Sunday, January 17, 2010

… to continue in English, press two

I went to pay a ticket the other day and, although paying online is an option, when searching for my ticket number the database returned “no citation found.” So I called the police to see what the deal is. (Side note: found out that the ticket will post sometime in 30-45 days; however, you have to have paid your ticket or requested a court date within 21 days of receiving the citation, otherwise a bench warrant is issued. Your tax dollars at work.)

So I call this number (214-670-0109) as directed on the Dallas City Hall webpage (http://www.dallascityhall.com/courts/court_online_payments.html). As usual an automated message picks up and confirms, yes, I’ve called the Dallas Court Services line, just as expected. Next, it launched into the exact same speech in Spanish. Ok, this is a 50/50 proposition these days, but not a surprise when calling the DPD. What happened next made my jaw drop. In Spanish the message continued on passed the greeting and asked you to press one (1) if you wanted to continue in Spanish. Then, in English, it came back and asked you to press two (2) if you wanted to proceed in English. Yes, you read that right, one for Spanish, two for English. Call it for yourself; again, 214-670-0109.

Now I’m no foe to diversity and I believe in most tenants of the various equal rights organizations, and even support some of them monetarily and with my time. But isn’t this the United States of America? I know full well that the United States has no “official” language, but you can also note that, as of this writing, 28 states do, in fact, have English as their “official” language. And official or not, there is no disputing English is the language of commerce and law of this land.

Are my expectations so out of whack? If I were to move to another country I would full well expect to have to learn the native tongue. When I travel abroad the first thing I do when I know I’m going is look up key phrases and memorize them, then begin building myself a pocket cheat-sheet of other useful phrases in the local language. Why? Because when I’m in a country where another language is spoken I fully expect it is ME who needs to change, not them. When my great-great grandparents came to this new land that offered them an opportunity to prosper, they learned English, and without all the help that is now available such as English as a Second Language (ESL) classes.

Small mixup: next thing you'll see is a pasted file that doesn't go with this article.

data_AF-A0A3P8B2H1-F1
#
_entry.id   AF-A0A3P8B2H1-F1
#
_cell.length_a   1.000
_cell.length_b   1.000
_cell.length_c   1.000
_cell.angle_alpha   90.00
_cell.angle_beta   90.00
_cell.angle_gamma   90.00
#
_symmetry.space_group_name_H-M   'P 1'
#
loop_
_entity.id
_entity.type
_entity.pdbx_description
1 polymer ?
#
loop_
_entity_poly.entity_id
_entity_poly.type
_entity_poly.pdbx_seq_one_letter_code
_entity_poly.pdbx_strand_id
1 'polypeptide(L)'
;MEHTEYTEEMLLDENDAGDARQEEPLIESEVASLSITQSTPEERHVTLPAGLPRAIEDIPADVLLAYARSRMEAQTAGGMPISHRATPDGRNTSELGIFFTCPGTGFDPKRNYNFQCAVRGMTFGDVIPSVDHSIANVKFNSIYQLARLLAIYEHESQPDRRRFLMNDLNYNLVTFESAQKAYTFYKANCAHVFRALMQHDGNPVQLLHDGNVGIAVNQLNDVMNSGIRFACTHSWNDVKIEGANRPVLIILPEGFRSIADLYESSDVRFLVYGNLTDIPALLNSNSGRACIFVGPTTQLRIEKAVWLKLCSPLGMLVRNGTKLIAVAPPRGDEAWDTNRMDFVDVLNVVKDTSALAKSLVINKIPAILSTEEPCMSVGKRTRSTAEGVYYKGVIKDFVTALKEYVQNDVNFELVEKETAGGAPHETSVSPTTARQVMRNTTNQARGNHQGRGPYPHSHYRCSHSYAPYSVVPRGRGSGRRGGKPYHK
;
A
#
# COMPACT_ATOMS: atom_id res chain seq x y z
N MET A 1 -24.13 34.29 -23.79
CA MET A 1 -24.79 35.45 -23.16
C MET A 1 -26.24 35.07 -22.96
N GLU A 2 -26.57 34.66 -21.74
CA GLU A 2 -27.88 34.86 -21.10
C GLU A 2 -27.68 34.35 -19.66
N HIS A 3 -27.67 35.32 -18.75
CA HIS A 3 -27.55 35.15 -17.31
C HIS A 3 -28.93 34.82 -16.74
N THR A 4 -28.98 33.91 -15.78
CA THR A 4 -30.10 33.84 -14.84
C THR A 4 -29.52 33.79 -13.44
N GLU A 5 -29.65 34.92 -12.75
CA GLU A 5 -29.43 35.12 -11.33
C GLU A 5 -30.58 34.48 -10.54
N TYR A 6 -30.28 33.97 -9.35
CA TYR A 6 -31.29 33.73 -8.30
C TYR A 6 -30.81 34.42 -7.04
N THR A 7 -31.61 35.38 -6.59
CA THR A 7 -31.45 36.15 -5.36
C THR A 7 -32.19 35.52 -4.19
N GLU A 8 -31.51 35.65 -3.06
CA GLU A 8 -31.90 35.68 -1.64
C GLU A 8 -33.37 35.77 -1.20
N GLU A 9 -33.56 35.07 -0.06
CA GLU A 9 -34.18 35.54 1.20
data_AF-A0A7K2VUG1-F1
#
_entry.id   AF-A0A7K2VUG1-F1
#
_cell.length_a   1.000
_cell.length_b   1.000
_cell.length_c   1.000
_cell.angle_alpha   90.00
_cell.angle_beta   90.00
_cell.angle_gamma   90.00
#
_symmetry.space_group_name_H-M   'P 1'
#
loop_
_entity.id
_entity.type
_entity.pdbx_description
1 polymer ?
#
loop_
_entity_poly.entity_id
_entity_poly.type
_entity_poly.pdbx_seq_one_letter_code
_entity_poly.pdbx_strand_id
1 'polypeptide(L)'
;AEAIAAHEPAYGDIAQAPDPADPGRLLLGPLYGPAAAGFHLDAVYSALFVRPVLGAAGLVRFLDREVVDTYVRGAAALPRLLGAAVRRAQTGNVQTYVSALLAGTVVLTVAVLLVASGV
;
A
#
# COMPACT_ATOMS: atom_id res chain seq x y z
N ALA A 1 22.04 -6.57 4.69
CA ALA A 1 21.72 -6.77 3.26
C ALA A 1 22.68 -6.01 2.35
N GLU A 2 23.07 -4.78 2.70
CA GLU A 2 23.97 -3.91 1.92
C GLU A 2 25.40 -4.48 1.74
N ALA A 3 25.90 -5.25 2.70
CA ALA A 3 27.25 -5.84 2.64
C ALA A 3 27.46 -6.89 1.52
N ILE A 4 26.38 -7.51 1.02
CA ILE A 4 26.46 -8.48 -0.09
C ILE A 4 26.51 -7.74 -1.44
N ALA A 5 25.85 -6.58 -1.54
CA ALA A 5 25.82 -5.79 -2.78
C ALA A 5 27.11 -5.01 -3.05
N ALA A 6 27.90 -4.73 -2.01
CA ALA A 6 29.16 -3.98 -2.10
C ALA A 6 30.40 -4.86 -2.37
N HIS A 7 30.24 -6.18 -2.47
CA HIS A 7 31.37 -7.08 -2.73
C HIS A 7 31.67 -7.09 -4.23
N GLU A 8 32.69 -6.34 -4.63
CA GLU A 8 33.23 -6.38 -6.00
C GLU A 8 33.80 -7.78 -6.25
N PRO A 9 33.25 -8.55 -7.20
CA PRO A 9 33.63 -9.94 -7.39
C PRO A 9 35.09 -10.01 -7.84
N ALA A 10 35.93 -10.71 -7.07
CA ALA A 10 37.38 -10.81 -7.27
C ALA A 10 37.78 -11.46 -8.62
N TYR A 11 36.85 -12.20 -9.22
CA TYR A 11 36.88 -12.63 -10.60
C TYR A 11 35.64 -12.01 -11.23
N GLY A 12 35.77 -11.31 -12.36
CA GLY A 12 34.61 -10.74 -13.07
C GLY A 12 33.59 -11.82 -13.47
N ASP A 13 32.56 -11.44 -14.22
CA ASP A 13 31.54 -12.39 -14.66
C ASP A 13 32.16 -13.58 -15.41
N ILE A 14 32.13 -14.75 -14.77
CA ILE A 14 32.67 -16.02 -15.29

Now is this really about having to wait an extra 5 seconds and then press 2 for English? No, it’s about the implication of this and other such actions we see happening. Diversity is a good thing, something to be celebrated, as long as diversity doesn’t mean complete division. Yes, we support new immigrants with ESL classes in public schools; yes, we provide help by making available multiple language forms at the DOT (DMV in some states) as well as hospitals and other public buildings, as we should. But I ask, where does it stop? I won’t be so bold as to say I know the answer, but I can say that pressing 1, not 2 for English would be a good place to start.

So why is it everyone sues to make sure they are “included,” yet in areas where they need to make an effort to be included all the sudden we have to make special arrangements? We are a land of immigrants and this past is part of what gives us strength as a nation; what binds those otherwise singular strengths together is our sense of community, one nation, together. Together in our own unique ways, but together for the common good.

"The strength of the United States is not the gold at Fort Knox or the weapons of mass destruction that we have, but the sum total of the education and the character of our people." United States Senator Claiborne Pell, for whom the Pell Grant is named.

The social degradation of any society begins with the language. Once communication skills are hampered, collapse of other social institutions is inevitable. We need to begin to expect more from our newly welcomed immigrants. Keep your traditions, keep the best parts of you and your heritage, but join us in becoming “one nation, indivisible, with liberty and justice for all.”

5 comments:

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